Common Lisp the Language, 2nd Edition
A ``named'' structure has the property that, given an instance of the structure, the structure name (that names the type) can be reliably recovered. For structures defined with no :type option, the structure name actually becomes part of the Common Lisp data-type system. The function type-of, when applied to such a structure, will return the structure name as the type of the object; the predicate typep will recognize the structure name as a valid type specifier.
For structures defined with a :type option, type-of will return a type specifier such as list or (vector t), depending on the type specified to the :type option. The structure name does not become a valid type specifier. However, if the :named option is also specified, then the first component of the structure (as created by a defstruct constructor function) will always contain the structure name. This allows the structure name to be recovered from an instance of the structure and allows a reasonable predicate for the conceptual type to be defined: the automatically defined name-p predicate for the structure operates by first checking that its argument is of the proper type (list, (vector t), or whatever) and then checking whether the first component contains the appropriate type name.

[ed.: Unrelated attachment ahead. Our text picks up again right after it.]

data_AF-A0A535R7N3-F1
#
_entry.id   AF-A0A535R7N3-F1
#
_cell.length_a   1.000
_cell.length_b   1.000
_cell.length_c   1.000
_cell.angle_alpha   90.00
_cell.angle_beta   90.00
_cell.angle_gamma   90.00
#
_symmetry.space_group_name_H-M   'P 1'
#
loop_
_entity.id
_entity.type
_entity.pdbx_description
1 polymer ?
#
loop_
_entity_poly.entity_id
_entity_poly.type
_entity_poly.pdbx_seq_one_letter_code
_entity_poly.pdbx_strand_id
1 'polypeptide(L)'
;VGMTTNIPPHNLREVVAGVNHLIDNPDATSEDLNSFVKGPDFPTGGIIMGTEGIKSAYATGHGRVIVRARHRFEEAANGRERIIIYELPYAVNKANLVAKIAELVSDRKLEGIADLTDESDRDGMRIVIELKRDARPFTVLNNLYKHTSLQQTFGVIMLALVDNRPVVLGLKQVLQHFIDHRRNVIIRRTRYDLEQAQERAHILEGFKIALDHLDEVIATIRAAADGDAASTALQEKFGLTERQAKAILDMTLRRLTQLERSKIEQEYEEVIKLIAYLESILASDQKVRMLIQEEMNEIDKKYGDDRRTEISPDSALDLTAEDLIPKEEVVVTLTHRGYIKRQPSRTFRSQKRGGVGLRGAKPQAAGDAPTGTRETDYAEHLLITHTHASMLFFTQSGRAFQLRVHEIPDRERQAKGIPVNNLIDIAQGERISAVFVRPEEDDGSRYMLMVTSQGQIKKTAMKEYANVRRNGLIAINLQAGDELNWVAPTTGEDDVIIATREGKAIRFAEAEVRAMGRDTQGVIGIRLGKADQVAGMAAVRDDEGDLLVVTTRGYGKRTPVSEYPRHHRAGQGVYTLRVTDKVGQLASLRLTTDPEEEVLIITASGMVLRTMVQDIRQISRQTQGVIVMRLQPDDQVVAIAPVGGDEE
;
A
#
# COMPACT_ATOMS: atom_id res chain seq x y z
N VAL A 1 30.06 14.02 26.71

Consider the binop example shown above, modified only to include the :named option:
(defstruct (binop (:type list) :named) (operator '? :type symbol) operand-1 operand-2)
As before, this will define a constructor function make-binop and three selector functions binop-operator, binop-operand-1, and binop-operand-2. It will also define a predicate binop-p.
The effect of make-binop is now to construct a list of length 4:
(make-binop :operator '+ :operand-1 'x :operand-2 5) => (binop + x 5) (make-binop :operand-2 4 :operator '*) => (binop * nil 4)
The structure has the same layout as before except that the structure name binop is included as the first list element. The selector functions binop-operator, binop-operand-1, and binop-operand-2 are essentially equivalent to cadr, caddr, and cadddr, respectively. The predicate binop-p is more or less equivalent to the following definition.
(defun binop-p (x) (and (consp x) (eq (car x) 'binop)))
The name binop is still not a valid type specifier recognizable to typep, but at least there is a way of distinguishing binop structures from other similarly defined structures.